- Next, pre-heat the oven to 350F. Stir the remaining ingredients onto pot. Taste the sauce and season if necessary. Carefully ladle the beans into a large glass baking dish. Place in a large baking tray (to catch spills) cover with foil and bake. After one hour, remove foil and check liquid content. If the beans are still very runny, leave them baking in the oven, and check them every 15 minutes until they reach desired consistency. Let the beans rest for 10 minutes before serving, or refrigerate and reheat as needed.
Source: Rebar Modern Food Cookbook by Audrey Alsterberg and Wanda Urbanwicz
I’ve started to use Mozilla Sunbird for my windows calendar application because I can share ical calendars between Windows and Mac on my webDAV. The problem was there was no way of automatically sharing my calendar with my iPod. With a little searching, I was able to find an extension called Automatic Backup that will enable you to copy your calendar to other applications (like your iPod) as well as save multiple dated copies for backup.
After installing the extension and restarting Sunbird, you need to open the options for Automatic Backup and set the folder location which should be the calendar folder on your iPod. You just need to ensure that you have the “enable disk use” option checked in iTunes, so that you can access the calendar folder through Windows Explorer.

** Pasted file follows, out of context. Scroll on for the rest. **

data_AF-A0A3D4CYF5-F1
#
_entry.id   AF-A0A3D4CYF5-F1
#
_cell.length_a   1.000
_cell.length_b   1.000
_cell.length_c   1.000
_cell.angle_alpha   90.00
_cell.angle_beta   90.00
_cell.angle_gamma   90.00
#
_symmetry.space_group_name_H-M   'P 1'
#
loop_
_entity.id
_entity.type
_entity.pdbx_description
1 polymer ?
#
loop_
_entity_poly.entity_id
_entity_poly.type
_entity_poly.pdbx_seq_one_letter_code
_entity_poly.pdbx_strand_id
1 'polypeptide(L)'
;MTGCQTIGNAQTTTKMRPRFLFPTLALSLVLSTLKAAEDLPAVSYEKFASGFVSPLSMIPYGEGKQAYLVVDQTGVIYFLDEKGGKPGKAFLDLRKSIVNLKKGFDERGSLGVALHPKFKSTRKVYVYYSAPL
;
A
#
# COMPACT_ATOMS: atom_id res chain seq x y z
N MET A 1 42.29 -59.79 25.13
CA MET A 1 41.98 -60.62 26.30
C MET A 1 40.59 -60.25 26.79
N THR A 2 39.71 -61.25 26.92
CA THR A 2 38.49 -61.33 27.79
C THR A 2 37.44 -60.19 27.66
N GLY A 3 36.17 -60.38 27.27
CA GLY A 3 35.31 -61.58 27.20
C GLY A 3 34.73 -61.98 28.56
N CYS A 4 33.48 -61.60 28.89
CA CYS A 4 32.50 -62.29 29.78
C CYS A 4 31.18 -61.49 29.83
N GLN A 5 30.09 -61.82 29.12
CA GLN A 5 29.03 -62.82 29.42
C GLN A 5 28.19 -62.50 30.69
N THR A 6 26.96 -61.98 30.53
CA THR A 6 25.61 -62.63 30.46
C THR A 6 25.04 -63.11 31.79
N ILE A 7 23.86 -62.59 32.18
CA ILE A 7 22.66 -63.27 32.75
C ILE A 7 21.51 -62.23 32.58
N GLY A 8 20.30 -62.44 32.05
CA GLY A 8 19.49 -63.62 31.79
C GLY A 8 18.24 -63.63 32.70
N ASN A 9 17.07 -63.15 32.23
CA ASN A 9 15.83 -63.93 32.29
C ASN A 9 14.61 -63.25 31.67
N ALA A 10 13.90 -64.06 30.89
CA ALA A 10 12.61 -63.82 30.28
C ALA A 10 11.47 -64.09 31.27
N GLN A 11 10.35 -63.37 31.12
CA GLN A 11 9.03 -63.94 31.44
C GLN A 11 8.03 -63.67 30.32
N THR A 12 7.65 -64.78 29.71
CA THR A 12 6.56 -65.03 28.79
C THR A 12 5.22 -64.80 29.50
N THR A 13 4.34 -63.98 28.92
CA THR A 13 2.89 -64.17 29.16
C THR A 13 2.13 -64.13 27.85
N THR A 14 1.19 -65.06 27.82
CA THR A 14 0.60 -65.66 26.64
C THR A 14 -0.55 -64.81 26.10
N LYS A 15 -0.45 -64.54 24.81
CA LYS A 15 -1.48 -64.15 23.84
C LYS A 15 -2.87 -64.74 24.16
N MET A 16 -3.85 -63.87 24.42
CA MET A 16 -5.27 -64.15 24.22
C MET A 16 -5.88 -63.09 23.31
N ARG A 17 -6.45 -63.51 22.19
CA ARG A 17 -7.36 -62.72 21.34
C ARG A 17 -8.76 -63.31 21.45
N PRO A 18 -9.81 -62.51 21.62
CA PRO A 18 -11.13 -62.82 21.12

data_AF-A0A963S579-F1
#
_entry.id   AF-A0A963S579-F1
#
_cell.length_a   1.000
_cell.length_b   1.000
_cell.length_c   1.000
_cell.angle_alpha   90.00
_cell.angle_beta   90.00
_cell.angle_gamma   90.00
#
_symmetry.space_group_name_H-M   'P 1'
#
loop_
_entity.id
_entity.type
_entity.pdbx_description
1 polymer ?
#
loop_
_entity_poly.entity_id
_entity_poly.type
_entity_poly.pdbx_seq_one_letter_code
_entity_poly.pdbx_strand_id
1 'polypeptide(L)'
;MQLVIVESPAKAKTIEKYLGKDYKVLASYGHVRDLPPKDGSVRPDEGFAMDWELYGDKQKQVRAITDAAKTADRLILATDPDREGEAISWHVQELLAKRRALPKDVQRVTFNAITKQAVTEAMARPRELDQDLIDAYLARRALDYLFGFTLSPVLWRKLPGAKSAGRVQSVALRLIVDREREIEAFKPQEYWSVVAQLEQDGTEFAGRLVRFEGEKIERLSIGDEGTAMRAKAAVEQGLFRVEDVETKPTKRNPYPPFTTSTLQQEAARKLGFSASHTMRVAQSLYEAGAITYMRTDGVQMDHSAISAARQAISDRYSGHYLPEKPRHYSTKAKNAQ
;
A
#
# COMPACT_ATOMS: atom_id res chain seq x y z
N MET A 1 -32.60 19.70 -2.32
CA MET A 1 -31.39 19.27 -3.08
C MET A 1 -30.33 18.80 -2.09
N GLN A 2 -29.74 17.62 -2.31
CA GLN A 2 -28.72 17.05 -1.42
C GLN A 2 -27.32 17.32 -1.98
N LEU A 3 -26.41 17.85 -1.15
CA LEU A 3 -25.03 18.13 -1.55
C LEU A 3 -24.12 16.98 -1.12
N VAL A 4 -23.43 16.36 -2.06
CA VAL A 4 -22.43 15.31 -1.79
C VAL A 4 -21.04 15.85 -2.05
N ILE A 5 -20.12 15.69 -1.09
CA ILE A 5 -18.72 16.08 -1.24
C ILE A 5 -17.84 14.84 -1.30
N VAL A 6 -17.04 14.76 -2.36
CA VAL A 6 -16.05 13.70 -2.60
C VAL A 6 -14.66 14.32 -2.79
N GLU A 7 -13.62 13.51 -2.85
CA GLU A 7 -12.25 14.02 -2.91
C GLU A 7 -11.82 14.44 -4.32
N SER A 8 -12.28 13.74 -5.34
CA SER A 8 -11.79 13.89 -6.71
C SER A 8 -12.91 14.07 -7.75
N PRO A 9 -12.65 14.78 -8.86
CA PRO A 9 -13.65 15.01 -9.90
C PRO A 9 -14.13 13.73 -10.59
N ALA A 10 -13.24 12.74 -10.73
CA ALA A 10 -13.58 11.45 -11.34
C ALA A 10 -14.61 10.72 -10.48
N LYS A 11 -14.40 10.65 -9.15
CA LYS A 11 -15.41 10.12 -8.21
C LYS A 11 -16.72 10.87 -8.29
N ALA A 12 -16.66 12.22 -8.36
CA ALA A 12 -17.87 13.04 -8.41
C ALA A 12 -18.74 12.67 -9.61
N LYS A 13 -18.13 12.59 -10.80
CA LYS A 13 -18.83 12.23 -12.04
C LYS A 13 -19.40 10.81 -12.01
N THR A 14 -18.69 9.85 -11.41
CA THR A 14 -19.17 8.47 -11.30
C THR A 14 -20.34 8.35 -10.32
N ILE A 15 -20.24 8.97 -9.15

There is an endless supply of video converters to choose form, some are free and others are not. I’ve tried many different programs and most are almost identical except for your choice of ugly interfaces. One that I have chosen for its simplicity is Free iPod Video Converter from Jodix. With a title like that it’s pretty clear what this program will do.
After installing the program and opening it the process is pretty simple. Like I said there are a lot of software choices, but if you need a simple program with limited options, this is your best bet.
- Click add files
- Navigate your computer to find the video file you wish to convert. (You can select mulitple files if you hold down the control key while selecting). Click open.
- In the second window you can choose a destination folder for your files, as well as video and audio setting that will give you the desired quality and file size and click next. (View Image)
- Enter your desired tags and click okay. (View Image)
- You will now be brought back to the main program window where you can choose to choose to convert your video, or if you need to make changes you can select the video you wish to edit and click edit to go through the wizard to make your desired changes.